Purpose. This paper describes the treatment and effects of an integrated behavioural therapy programme for each of four male, psychotic in-patients considered to be intractably violent and dangerous.

Method. Each patient, after years of various combinations of treatments and extended periods in restraints, was administratively referred to psychology services. Extensive pre-treatment observation and evaluation revealed that, for each patient, anger was a significant link in the behavioural chains leading up to violent behaviour. Target behaviours were identified and tailored for each patient.

A strong therapeutic alliance was developed and maintained between each patient and the primary clinician. Integrated systems theory provided a framework for the synthesis of classical and operant conditioning approaches including (but not limited to) pre-treatment skill building, behaviour shaping, desensitization, and affect modulation with other psychological approaches. No aversive techniques were used. Extensive groundwork and ongoing staff development were devoted to building the trust, ability, confidence and effectiveness of the nursing staff who took part in implementing the interventions.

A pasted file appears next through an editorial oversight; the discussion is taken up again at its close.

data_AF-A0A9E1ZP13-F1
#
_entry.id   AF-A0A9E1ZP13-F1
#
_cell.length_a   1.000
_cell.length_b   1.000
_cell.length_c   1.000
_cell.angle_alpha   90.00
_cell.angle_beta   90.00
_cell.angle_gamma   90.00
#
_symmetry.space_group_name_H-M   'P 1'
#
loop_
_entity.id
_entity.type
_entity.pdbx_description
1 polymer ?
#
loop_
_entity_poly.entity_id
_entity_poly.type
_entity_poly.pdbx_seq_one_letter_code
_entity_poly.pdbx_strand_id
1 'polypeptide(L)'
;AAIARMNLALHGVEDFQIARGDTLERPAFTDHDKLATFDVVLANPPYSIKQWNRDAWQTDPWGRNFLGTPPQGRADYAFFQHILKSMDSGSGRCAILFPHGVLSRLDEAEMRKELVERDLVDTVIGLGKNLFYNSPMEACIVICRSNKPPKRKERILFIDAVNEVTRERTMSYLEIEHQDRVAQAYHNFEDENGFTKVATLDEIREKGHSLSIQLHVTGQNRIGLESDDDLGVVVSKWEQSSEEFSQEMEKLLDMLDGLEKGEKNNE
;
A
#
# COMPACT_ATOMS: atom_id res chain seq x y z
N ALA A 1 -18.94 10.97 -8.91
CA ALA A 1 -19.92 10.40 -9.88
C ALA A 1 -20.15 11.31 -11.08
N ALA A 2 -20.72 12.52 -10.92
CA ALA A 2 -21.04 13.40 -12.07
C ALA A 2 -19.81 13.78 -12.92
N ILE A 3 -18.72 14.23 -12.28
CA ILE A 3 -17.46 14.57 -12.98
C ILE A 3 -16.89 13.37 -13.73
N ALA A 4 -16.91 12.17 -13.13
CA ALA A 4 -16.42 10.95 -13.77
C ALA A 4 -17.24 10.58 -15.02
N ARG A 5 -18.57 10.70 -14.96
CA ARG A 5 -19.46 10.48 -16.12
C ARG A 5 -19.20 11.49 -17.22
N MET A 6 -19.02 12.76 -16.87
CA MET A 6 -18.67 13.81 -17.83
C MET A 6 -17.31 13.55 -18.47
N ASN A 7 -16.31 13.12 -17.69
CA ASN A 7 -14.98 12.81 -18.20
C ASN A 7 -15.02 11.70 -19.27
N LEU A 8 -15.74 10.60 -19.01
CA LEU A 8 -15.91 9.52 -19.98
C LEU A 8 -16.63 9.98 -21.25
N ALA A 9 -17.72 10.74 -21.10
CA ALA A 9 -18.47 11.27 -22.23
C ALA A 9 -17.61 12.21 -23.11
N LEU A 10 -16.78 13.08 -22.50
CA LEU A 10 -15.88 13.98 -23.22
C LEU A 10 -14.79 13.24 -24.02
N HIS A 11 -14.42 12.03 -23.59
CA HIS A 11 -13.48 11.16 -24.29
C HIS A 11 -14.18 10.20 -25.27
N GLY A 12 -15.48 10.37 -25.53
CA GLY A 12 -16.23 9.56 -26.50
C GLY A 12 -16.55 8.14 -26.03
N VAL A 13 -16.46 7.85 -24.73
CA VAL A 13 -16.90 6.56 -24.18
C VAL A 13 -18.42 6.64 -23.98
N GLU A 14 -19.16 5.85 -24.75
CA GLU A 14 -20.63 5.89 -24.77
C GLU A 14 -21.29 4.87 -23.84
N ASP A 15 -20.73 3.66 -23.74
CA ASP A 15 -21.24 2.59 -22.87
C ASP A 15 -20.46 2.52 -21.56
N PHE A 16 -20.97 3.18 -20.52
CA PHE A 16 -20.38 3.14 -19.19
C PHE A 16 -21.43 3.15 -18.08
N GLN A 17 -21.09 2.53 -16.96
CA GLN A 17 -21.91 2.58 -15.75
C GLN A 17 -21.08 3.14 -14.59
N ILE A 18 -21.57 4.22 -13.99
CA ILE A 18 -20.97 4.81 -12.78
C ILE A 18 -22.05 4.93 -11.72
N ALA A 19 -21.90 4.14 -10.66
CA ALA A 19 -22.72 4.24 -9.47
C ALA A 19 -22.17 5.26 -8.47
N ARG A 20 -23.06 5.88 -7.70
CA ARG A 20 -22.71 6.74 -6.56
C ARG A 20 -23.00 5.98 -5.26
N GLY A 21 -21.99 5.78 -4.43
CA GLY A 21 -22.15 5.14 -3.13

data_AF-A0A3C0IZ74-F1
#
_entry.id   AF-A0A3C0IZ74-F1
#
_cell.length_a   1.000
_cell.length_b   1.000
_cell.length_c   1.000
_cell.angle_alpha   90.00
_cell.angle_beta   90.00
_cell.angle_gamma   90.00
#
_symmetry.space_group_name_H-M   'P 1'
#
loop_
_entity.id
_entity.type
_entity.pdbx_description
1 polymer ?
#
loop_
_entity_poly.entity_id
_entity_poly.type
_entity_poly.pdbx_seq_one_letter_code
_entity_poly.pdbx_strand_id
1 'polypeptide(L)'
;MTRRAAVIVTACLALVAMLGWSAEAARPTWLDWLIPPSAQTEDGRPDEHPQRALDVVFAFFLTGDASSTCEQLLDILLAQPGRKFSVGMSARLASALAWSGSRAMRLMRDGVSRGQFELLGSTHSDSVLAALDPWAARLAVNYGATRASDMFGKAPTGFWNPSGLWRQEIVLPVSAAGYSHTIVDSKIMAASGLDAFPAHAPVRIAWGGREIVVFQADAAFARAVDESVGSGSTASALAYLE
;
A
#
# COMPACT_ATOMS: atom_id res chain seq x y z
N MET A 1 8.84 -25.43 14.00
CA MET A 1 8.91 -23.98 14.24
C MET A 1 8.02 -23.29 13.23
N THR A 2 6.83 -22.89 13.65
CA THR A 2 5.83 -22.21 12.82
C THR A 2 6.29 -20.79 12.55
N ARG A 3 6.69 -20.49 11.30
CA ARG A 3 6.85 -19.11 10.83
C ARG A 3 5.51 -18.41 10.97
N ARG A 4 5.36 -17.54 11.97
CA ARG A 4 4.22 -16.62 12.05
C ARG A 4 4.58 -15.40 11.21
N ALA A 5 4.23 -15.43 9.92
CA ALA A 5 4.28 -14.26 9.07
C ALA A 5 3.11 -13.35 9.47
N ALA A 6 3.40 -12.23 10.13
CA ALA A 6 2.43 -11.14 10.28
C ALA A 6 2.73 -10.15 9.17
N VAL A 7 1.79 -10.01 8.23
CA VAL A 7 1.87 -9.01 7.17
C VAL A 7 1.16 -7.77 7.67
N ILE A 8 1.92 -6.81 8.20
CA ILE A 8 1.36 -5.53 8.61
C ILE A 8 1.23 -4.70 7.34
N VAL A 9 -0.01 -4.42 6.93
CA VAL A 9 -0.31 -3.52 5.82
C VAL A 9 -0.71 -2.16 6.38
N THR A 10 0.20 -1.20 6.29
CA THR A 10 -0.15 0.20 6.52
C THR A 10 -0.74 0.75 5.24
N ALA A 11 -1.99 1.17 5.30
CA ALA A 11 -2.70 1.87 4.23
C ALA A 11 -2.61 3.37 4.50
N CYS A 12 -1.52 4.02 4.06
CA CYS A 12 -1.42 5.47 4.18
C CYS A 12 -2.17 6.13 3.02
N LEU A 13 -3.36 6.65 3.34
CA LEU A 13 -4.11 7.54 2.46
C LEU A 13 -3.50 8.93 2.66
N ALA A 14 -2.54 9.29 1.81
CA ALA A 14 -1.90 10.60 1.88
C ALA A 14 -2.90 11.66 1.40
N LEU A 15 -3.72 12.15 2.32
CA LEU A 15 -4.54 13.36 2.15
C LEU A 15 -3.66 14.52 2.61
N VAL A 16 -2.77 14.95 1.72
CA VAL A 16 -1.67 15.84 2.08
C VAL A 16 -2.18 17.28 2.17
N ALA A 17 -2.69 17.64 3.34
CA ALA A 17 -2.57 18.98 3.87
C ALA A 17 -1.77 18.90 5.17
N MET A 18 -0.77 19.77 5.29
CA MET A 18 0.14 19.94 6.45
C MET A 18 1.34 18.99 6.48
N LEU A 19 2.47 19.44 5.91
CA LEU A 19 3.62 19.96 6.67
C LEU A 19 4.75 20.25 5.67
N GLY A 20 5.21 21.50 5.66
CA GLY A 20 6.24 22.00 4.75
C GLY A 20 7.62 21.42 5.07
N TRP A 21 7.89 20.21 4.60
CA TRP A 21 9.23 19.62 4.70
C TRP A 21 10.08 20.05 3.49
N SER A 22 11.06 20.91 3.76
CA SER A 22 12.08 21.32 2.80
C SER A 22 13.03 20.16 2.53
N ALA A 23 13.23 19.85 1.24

Results. All participants were able to increase and sustain prosocial behaviours and interactions including improved anger management skills. Violent behaviour and hours in seclusion and restraint were reduced and finally eliminated in each case. All participants were transferred to a less restrictive setting. These dramatic treatment successes rekindled a sense of hopefulness and empowerment in treatment staff.

Conclusions. Intractability is a relative term. Violent behaviour can be successfully eliminated even while psychotic phenomena persist. Integrated, relationship-based behavioural therapy—while labour intensive—is a valuable adjunct to other psychotherapeutic modalities for persistently violent, severely disordered individuals.